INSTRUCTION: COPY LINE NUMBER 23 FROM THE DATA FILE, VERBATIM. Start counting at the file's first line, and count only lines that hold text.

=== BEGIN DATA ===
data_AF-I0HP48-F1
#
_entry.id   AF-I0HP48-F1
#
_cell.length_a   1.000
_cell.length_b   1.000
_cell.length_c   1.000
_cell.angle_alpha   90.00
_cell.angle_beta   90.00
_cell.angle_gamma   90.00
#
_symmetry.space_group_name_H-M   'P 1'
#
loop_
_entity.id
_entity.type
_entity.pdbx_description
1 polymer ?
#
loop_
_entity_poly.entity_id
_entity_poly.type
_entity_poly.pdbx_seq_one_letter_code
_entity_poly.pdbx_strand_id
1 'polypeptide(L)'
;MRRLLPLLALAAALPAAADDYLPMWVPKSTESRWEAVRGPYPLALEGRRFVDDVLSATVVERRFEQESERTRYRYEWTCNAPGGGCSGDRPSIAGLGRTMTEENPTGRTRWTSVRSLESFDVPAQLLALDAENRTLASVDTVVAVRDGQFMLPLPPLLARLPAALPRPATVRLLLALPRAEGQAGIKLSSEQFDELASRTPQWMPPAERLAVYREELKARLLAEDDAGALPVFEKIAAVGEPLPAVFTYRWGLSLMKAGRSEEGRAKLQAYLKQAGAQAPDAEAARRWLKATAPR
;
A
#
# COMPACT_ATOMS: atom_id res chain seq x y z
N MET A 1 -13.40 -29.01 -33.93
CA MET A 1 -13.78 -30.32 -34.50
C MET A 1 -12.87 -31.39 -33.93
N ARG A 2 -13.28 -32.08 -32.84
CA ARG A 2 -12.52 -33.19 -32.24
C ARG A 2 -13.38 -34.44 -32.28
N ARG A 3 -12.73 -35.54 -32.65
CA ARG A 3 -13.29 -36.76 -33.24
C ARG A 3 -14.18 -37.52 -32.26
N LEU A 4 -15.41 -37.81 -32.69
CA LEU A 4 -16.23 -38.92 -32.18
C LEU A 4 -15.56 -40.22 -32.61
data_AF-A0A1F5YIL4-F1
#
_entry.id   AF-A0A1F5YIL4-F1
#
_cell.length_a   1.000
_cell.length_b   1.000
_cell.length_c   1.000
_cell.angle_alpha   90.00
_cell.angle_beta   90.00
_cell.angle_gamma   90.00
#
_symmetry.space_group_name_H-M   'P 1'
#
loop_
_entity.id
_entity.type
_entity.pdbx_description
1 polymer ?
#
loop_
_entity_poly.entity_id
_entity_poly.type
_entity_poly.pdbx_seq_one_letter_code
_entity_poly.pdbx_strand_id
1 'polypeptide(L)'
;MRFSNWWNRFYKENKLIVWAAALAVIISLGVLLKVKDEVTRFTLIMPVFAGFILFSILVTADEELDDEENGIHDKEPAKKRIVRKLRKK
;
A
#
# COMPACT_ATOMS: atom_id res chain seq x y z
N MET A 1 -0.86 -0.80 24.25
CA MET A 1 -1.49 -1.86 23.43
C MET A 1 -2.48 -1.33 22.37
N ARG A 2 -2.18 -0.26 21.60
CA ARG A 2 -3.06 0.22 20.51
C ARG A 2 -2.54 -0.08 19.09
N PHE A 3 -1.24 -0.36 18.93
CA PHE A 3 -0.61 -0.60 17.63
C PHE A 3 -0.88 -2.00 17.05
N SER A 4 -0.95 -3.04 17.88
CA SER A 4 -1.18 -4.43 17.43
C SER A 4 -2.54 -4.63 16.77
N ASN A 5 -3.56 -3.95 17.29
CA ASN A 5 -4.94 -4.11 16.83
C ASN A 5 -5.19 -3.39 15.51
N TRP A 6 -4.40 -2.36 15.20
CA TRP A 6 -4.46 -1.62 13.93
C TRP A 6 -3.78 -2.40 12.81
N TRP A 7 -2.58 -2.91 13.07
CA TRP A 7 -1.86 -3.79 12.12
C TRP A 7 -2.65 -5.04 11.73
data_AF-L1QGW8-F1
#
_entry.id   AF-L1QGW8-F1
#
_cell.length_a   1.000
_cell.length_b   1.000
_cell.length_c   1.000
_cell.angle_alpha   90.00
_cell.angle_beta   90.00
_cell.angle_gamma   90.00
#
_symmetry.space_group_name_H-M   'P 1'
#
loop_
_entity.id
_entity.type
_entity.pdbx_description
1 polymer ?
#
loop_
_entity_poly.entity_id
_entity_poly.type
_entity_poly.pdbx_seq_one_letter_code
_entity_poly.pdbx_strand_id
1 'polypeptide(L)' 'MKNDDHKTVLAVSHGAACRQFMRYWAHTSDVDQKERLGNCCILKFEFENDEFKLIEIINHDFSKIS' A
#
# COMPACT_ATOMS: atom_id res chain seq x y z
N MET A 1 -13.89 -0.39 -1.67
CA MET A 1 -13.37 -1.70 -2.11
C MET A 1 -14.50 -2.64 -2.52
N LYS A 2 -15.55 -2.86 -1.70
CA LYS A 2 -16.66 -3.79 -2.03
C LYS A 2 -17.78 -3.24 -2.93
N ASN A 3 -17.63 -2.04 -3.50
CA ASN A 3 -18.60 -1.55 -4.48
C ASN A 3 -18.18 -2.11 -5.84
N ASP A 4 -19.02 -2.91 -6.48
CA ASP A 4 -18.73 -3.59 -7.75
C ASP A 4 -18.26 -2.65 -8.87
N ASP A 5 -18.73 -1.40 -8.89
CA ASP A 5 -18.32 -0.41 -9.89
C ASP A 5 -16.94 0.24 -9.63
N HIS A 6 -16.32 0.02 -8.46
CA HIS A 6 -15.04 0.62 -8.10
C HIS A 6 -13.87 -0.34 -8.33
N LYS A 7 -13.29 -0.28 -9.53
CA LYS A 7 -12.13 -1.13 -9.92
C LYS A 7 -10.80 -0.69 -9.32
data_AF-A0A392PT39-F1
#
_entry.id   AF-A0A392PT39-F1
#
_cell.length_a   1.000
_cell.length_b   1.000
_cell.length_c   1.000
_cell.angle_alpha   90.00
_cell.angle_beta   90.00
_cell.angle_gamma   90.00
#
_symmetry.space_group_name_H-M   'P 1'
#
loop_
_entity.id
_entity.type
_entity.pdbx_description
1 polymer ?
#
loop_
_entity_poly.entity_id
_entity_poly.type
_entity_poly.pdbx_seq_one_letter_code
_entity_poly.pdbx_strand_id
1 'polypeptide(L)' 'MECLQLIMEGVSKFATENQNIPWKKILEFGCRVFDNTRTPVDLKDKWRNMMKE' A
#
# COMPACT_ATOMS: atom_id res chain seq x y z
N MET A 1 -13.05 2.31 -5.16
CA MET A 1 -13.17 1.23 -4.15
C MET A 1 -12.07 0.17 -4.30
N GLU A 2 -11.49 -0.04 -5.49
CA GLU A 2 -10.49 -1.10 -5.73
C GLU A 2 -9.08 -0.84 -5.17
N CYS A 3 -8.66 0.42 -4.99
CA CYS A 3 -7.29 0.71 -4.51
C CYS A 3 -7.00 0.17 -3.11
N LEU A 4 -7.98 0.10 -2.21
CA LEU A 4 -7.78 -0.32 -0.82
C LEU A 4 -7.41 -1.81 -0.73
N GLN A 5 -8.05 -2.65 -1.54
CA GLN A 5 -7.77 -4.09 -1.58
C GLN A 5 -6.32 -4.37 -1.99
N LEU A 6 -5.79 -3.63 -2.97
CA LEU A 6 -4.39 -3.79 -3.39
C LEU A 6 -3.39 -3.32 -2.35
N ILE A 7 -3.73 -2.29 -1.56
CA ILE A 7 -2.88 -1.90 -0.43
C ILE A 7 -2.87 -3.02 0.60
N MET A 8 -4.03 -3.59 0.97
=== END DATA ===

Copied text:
_entity_poly.pdbx_seq_one_letter_code